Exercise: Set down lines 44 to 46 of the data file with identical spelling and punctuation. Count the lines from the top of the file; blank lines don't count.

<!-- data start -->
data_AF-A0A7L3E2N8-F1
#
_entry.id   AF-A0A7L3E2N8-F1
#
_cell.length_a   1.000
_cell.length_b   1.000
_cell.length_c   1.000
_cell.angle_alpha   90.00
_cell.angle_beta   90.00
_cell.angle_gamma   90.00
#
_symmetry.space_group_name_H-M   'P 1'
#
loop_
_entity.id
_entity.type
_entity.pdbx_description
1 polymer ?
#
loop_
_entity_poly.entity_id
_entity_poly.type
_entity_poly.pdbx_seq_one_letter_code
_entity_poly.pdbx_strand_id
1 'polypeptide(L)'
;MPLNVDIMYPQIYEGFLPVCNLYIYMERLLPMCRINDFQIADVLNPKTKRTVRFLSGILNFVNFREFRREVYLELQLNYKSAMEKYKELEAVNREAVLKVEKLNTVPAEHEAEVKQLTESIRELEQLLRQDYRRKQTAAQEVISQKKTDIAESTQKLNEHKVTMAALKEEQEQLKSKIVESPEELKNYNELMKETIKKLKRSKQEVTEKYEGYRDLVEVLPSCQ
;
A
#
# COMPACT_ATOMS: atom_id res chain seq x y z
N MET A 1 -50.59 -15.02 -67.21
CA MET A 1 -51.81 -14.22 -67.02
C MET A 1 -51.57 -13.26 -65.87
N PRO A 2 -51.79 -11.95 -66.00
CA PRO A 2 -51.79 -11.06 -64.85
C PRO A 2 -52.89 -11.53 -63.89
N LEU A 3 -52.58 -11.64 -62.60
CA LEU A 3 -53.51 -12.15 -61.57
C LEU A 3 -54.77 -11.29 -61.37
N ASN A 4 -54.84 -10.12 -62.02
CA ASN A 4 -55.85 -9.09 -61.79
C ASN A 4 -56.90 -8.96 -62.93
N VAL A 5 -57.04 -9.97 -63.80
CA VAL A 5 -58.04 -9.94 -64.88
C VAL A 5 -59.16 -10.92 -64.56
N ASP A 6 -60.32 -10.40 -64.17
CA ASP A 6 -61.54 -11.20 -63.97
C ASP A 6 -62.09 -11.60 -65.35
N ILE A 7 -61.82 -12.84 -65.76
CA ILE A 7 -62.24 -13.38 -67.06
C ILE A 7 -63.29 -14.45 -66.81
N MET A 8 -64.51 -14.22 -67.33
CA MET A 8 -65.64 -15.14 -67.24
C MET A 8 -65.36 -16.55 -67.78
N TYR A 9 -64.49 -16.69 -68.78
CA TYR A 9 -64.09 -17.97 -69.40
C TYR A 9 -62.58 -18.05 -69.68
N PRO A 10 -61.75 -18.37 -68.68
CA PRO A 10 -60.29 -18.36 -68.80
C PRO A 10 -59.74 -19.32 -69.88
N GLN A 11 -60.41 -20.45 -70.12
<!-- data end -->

CA VAL A 5 -58.04 -9.94 -64.88
C VAL A 5 -59.16 -10.92 -64.56
N ASP A 6 -60.32 -10.40 -64.17